2. Who is the first point of contact for job candidates or internal users with questions about the system? There are a variety of approaches to post implementation, from full vendor support to internal super-users who manage enquiries. Another aspect of ongoing support includes changes to security access and support for software upgrades. It's important to understand the support model, internal resources required and associated costs.
  3. Does the ATS need to link to the Human Resource Information System (HRIS) or Talent Management software? If linkages are required, explore vendors' past experience with implementing links between systems in other organizations.
  4. Where is candidate information stored? Options include vendor provided web based storage or company provided servers. If the database is maintained by the vendor, ask about back-up systems, server location and applicable access to information and privacy laws. If the organization must store the database, assess the system and staffing impact of doing so.
  5. What other organizations use this product? Check references by networking with other organizations using the systems you are considering. They will have insight into how the ATS functions on a daily basis, along with suggestions for implementation and pitfalls to avoid.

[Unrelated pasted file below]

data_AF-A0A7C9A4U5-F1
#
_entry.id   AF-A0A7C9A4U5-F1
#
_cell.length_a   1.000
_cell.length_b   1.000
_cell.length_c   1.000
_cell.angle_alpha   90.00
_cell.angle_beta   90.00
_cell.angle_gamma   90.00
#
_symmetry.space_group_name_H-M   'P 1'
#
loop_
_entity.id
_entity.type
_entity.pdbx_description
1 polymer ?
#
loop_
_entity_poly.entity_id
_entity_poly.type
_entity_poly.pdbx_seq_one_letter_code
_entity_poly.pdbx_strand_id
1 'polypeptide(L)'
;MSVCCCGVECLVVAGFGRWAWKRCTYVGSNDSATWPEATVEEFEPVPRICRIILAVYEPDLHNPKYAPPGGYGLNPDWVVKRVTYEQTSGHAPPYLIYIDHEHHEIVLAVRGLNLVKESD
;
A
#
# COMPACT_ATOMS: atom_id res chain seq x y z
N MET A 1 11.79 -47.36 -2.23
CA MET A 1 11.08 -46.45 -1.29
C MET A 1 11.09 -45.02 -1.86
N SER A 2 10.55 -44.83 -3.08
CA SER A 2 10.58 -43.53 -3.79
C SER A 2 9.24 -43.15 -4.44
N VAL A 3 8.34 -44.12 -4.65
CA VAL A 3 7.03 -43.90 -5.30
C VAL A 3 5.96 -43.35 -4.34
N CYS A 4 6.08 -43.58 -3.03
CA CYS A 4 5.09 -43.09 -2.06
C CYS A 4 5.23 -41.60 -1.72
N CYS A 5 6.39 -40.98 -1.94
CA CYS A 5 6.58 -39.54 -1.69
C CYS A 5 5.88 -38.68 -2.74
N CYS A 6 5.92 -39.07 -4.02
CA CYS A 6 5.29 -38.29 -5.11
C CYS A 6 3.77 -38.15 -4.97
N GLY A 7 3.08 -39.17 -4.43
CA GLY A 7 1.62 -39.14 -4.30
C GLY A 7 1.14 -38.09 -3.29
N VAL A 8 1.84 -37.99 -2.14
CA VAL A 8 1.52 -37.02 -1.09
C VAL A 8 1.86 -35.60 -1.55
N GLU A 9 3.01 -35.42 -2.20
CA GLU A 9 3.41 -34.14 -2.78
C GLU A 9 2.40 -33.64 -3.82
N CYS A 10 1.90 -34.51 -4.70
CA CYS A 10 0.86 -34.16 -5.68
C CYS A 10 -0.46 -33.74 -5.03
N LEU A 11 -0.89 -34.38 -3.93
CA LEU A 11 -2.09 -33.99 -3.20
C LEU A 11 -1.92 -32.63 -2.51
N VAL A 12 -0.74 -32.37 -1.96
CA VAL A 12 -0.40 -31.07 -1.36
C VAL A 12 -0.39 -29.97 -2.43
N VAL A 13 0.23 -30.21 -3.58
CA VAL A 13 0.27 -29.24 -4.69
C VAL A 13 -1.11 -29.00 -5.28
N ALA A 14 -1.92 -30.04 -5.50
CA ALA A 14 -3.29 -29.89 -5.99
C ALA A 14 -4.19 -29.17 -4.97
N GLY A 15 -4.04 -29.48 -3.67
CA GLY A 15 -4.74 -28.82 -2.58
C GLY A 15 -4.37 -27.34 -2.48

Conclusion

There are many Applicant Tracking Systems on the market. Selecting the best product requires knowledge of internal processes, stakeholders and a thorough analysis of features and vendor support. As with any technology it will never completely replace the people in place that support the system but, when implemented correctly, an ATS can provide a better experience for applicants and wider pool of talent for the organization to consider.

 

About the Author

Lori Stewart

Lori Stewart is the Manager of Organizational Development and Learning at Queen's Human Resources, where she supports university departments with organization design, organizational assessments, process reviews, and facilitation services. Lori teaches in the Queen's School of Policy Studies, Master of Industrial Relations Program and consults as a Team Performance Coach with MBA programs at the Queen's School of Business. Lori holds a Master of Industrial Relations from Queen's University and a Bachelor of Business Administration from Acadia University.